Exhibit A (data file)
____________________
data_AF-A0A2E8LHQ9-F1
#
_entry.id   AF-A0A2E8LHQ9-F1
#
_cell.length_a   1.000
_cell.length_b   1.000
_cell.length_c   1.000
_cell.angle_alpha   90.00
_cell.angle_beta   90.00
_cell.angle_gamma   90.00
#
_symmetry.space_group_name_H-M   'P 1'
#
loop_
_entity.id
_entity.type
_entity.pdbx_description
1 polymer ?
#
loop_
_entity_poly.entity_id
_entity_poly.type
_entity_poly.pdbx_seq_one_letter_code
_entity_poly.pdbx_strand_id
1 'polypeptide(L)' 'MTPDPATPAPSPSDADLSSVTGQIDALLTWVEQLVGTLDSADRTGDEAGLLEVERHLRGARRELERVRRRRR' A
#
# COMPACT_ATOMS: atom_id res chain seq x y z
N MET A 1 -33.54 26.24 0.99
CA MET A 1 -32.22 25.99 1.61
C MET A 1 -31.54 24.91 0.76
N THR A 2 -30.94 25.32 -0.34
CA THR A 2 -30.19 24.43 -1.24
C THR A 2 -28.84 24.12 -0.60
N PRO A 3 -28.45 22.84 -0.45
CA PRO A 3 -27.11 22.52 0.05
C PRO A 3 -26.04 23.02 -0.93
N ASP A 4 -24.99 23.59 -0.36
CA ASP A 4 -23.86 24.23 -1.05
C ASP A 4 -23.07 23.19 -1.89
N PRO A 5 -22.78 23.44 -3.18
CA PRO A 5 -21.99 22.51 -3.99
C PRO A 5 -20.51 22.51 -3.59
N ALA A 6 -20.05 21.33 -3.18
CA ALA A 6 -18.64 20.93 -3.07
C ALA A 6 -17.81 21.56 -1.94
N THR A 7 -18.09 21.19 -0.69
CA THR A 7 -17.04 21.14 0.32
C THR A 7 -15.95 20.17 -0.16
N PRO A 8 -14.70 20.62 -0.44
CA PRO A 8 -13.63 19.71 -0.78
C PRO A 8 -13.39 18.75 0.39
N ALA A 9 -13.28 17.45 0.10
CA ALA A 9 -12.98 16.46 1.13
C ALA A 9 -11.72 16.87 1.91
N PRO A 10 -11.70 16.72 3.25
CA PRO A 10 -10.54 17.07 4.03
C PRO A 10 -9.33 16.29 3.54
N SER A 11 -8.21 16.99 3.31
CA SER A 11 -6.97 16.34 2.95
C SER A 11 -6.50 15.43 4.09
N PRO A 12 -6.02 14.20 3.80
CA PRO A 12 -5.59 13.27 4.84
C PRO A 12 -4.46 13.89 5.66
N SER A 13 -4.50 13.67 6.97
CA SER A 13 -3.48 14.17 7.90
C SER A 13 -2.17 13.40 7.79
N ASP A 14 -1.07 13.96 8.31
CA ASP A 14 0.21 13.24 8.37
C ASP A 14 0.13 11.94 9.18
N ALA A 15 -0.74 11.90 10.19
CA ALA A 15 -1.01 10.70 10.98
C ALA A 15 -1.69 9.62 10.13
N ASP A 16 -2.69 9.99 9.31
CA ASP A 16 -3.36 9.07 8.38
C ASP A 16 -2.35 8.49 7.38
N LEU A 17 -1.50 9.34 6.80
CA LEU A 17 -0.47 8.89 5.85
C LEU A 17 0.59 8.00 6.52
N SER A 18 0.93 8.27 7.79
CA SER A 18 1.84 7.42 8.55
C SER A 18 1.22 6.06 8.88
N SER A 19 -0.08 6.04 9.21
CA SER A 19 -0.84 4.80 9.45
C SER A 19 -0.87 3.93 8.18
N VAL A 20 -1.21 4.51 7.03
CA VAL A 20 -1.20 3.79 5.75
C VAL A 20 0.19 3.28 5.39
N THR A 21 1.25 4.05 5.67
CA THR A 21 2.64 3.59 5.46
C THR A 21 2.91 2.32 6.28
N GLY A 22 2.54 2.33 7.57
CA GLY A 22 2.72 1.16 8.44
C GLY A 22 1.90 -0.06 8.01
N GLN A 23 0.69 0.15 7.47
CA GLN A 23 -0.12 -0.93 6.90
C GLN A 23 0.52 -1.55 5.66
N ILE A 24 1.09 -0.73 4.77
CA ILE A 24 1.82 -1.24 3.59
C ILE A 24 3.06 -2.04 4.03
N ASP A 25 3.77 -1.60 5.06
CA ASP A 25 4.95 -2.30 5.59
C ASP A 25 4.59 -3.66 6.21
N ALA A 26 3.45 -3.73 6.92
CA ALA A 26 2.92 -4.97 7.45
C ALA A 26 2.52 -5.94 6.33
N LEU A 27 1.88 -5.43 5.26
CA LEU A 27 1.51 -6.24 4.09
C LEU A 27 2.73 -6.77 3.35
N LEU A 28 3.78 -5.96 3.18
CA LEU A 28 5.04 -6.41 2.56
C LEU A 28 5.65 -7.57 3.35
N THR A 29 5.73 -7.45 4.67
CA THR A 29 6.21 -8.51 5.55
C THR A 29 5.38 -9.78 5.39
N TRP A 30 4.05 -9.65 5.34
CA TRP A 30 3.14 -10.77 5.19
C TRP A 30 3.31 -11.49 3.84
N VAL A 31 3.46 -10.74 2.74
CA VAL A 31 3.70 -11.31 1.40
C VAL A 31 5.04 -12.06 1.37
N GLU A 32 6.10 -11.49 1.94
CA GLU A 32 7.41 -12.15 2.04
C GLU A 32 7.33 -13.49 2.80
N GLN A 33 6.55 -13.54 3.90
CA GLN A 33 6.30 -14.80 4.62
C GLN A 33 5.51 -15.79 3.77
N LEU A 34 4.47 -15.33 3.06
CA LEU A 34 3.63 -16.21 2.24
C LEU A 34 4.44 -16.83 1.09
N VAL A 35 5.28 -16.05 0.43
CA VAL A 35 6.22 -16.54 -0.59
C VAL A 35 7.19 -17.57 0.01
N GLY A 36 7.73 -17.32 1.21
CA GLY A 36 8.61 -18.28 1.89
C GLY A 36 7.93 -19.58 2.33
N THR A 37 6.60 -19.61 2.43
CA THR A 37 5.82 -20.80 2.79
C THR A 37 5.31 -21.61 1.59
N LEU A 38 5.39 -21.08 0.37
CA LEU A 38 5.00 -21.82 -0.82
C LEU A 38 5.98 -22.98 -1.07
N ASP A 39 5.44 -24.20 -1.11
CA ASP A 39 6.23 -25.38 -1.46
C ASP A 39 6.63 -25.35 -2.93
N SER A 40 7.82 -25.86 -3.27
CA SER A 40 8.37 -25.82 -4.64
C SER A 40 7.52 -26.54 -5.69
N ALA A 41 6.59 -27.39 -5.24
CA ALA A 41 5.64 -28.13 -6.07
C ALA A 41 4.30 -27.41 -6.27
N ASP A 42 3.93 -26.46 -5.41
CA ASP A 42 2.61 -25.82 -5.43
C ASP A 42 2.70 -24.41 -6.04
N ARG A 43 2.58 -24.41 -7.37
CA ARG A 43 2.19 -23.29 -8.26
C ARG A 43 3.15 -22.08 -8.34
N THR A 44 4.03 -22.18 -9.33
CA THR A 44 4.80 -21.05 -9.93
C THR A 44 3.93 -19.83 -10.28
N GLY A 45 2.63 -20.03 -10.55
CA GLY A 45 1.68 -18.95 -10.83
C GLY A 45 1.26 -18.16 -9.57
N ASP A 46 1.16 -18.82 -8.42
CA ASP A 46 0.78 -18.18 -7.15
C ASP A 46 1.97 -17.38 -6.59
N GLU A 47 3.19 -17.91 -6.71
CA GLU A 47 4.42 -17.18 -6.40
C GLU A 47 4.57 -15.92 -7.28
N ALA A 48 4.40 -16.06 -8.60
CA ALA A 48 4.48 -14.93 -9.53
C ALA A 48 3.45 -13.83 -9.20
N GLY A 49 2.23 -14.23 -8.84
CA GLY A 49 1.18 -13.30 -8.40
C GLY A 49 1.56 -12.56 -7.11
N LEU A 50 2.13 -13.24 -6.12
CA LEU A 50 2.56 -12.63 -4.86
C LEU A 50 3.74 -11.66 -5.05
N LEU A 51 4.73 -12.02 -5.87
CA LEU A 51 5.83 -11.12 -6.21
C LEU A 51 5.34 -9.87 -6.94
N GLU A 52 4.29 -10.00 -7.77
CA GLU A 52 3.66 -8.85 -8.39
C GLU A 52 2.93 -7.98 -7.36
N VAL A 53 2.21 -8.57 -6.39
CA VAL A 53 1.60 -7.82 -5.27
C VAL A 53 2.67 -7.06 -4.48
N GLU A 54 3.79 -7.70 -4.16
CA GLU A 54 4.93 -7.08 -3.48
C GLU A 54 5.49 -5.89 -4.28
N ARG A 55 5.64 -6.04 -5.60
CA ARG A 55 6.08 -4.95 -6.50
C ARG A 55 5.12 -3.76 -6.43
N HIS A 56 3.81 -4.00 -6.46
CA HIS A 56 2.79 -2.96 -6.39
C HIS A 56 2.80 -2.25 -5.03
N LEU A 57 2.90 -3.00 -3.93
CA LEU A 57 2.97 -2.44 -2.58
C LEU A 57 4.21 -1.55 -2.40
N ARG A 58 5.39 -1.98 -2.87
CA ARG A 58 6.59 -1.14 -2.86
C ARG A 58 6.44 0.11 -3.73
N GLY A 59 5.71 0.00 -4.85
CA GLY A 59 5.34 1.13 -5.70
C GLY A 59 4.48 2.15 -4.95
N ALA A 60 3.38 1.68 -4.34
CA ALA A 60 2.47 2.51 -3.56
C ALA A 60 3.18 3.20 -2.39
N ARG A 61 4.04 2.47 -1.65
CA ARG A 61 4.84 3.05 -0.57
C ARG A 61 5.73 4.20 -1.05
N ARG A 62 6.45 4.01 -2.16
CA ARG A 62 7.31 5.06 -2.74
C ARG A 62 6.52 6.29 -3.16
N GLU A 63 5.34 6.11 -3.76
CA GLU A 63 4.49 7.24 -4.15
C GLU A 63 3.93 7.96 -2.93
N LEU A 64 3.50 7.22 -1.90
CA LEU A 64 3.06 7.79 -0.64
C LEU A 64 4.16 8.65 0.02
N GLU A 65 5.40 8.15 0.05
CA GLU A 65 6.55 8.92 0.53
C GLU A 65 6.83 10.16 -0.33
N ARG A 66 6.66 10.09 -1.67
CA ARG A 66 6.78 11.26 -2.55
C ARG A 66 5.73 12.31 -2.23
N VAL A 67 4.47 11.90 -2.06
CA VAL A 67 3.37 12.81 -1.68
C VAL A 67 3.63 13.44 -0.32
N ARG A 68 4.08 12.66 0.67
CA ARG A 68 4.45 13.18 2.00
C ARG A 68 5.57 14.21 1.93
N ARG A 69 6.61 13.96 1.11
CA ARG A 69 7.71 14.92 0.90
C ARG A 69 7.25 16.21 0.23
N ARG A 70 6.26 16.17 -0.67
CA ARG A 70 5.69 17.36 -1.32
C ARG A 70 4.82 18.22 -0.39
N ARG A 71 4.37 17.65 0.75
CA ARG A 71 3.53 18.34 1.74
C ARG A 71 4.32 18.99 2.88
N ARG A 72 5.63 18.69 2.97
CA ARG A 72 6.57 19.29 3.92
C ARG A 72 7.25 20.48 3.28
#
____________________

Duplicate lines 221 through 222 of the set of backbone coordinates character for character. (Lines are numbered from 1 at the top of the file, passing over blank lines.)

CA GLU A 65 6.55 8.92 0.53
C GLU A 65 6.83 10.16 -0.33